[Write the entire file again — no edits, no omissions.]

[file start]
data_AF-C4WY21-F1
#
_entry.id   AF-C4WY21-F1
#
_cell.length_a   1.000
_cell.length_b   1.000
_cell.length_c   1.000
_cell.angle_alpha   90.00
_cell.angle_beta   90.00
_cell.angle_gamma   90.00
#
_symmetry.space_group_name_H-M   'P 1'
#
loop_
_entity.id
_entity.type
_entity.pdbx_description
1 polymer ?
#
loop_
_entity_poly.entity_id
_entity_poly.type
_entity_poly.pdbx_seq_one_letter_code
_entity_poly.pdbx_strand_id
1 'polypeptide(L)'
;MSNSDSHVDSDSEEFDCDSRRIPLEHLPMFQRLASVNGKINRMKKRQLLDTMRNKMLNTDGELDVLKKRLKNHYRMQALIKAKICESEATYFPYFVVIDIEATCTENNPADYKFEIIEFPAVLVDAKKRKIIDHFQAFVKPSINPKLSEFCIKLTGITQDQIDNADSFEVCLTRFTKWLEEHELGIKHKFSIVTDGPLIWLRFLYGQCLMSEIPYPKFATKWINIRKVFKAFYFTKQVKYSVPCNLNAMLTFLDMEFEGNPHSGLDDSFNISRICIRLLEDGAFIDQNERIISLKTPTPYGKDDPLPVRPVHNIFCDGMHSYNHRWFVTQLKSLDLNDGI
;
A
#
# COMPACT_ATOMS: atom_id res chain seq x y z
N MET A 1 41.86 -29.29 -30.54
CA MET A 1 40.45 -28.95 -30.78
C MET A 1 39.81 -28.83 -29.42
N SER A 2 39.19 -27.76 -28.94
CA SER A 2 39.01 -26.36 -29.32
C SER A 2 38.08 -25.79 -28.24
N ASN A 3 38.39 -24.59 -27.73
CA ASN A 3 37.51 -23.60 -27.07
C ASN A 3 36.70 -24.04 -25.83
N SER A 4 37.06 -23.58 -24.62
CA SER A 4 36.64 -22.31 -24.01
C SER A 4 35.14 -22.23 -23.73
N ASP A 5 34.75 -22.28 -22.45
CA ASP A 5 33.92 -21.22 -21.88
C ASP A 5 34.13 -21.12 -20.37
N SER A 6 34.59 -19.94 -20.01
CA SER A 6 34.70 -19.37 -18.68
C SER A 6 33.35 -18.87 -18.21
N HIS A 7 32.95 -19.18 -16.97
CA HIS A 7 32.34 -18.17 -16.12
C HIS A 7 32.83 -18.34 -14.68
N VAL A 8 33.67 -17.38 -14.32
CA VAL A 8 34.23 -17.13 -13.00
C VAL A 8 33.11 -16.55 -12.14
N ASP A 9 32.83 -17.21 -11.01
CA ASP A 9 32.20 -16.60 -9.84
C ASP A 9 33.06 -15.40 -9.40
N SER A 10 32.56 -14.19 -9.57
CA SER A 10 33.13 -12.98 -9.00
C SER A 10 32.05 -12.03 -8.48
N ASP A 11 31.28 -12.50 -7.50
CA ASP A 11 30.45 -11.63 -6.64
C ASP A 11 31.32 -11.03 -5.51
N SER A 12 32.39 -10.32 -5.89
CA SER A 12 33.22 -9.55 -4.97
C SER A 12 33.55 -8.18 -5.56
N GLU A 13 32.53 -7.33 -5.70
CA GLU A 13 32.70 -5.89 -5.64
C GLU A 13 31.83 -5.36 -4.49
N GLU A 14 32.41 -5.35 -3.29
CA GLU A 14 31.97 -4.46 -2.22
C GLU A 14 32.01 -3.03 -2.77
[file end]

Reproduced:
data_AF-C4WY21-F1
#
_entry.id   AF-C4WY21-F1
#
_cell.length_a   1.000
_cell.length_b   1.000
_cell.length_c   1.000
_cell.angle_alpha   90.00
_cell.angle_beta   90.00
_cell.angle_gamma   90.00
#
_symmetry.space_group_name_H-M   'P 1'
#
loop_
_entity.id
_entity.type
_entity.pdbx_description
1 polymer ?
#
loop_
_entity_poly.entity_id
_entity_poly.type
_entity_poly.pdbx_seq_one_letter_code
_entity_poly.pdbx_strand_id
1 'polypeptide(L)'
;MSNSDSHVDSDSEEFDCDSRRIPLEHLPMFQRLASVNGKINRMKKRQLLDTMRNKMLNTDGELDVLKKRLKNHYRMQALIKAKICESEATYFPYFVVIDIEATCTENNPADYKFEIIEFPAVLVDAKKRKIIDHFQAFVKPSINPKLSEFCIKLTGITQDQIDNADSFEVCLTRFTKWLEEHELGIKHKFSIVTDGPLIWLRFLYGQCLMSEIPYPKFATKWINIRKVFKAFYFTKQVKYSVPCNLNAMLTFLDMEFEGNPHSGLDDSFNISRICIRLLEDGAFIDQNERIISLKTPTPYGKDDPLPVRPVHNIFCDGMHSYNHRWFVTQLKSLDLNDGI
;
A
#
# COMPACT_ATOMS: atom_id res chain seq x y z
N MET A 1 41.86 -29.29 -30.54
CA MET A 1 40.45 -28.95 -30.78
C MET A 1 39.81 -28.83 -29.42
N SER A 2 39.19 -27.76 -28.94
CA SER A 2 39.01 -26.36 -29.32
C SER A 2 38.08 -25.79 -28.24
N ASN A 3 38.39 -24.59 -27.73
CA ASN A 3 37.51 -23.60 -27.07
C ASN A 3 36.70 -24.04 -25.83
N SER A 4 37.06 -23.58 -24.62
CA SER A 4 36.64 -22.31 -24.01
C SER A 4 35.14 -22.23 -23.73
N ASP A 5 34.75 -22.28 -22.45
CA ASP A 5 33.92 -21.22 -21.88
C ASP A 5 34.13 -21.12 -20.37
N SER A 6 34.59 -19.94 -20.01
CA SER A 6 34.70 -19.37 -18.68
C SER A 6 33.35 -18.87 -18.21
N HIS A 7 32.95 -19.18 -16.97
CA HIS A 7 32.34 -18.17 -16.12
C HIS A 7 32.83 -18.34 -14.68
N VAL A 8 33.67 -17.38 -14.32
CA VAL A 8 34.23 -17.13 -13.00
C VAL A 8 33.11 -16.55 -12.14
N ASP A 9 32.83 -17.21 -11.01
CA ASP A 9 32.20 -16.60 -9.84
C ASP A 9 33.06 -15.40 -9.40
N SER A 10 32.56 -14.19 -9.57
CA SER A 10 33.13 -12.98 -9.00
C SER A 10 32.05 -12.03 -8.48
N ASP A 11 31.28 -12.50 -7.50
CA ASP A 11 30.45 -11.63 -6.64
C ASP A 11 31.32 -11.03 -5.51
N SER A 12 32.39 -10.32 -5.89
CA SER A 12 33.22 -9.55 -4.97
C SER A 12 33.55 -8.18 -5.56
N GLU A 13 32.53 -7.33 -5.70
CA GLU A 13 32.70 -5.89 -5.64
C GLU A 13 31.83 -5.36 -4.49
N GLU A 14 32.41 -5.35 -3.29
CA GLU A 14 31.97 -4.46 -2.22
C GLU A 14 32.01 -3.03 -2.77